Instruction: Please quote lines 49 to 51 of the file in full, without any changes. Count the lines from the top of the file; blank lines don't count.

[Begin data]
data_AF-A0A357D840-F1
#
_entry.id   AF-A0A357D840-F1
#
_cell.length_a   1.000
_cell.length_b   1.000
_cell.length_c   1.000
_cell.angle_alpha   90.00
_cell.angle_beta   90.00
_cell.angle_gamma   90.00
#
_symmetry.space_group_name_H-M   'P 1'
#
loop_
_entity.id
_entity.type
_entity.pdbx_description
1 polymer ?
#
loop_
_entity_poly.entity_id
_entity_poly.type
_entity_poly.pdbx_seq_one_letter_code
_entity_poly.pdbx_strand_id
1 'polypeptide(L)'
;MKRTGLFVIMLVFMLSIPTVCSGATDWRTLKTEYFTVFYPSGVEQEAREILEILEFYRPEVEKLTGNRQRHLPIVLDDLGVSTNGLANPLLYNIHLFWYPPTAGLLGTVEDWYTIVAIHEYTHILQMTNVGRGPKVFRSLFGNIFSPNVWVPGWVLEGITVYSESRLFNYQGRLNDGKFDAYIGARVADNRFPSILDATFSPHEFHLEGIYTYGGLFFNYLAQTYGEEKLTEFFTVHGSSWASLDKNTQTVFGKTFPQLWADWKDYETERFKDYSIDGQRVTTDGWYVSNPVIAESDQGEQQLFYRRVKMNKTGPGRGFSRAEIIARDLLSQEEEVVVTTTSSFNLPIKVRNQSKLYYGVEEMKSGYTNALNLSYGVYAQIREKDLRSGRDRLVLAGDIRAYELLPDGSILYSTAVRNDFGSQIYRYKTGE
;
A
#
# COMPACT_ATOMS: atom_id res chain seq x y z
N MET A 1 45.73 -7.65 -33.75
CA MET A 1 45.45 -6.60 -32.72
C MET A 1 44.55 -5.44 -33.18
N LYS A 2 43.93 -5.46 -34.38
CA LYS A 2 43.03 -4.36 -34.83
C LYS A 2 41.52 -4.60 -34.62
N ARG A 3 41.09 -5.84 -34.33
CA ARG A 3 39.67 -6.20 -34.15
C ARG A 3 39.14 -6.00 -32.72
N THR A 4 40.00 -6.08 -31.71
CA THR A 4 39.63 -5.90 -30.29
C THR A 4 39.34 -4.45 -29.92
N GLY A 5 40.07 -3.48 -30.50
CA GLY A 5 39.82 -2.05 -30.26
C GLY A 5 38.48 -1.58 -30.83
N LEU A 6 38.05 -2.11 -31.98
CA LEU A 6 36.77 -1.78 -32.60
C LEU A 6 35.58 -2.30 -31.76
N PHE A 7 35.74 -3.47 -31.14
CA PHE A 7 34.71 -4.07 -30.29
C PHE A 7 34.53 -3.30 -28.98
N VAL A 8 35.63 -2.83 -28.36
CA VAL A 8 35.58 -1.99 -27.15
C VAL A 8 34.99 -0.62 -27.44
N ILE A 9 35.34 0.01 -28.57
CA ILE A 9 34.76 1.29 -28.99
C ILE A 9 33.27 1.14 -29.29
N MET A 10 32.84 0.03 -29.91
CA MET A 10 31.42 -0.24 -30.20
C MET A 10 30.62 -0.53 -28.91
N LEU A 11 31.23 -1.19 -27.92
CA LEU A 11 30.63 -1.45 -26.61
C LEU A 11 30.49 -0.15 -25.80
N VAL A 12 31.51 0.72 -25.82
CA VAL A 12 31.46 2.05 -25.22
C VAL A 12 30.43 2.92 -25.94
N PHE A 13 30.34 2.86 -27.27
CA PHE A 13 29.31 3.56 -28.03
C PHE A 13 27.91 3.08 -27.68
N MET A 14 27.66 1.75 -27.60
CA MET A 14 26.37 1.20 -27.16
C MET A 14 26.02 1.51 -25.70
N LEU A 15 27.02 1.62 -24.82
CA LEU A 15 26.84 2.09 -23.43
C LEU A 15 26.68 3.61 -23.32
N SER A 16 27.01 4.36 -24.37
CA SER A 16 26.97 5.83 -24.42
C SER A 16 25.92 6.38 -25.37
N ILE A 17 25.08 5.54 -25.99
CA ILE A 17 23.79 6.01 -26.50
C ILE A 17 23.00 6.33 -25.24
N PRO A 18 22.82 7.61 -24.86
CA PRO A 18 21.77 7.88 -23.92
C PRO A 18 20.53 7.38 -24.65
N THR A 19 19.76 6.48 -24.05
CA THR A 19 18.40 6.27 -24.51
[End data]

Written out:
N PHE A 7 35.74 -3.47 -31.14
CA PHE A 7 34.71 -4.07 -30.29
C PHE A 7 34.53 -3.30 -28.98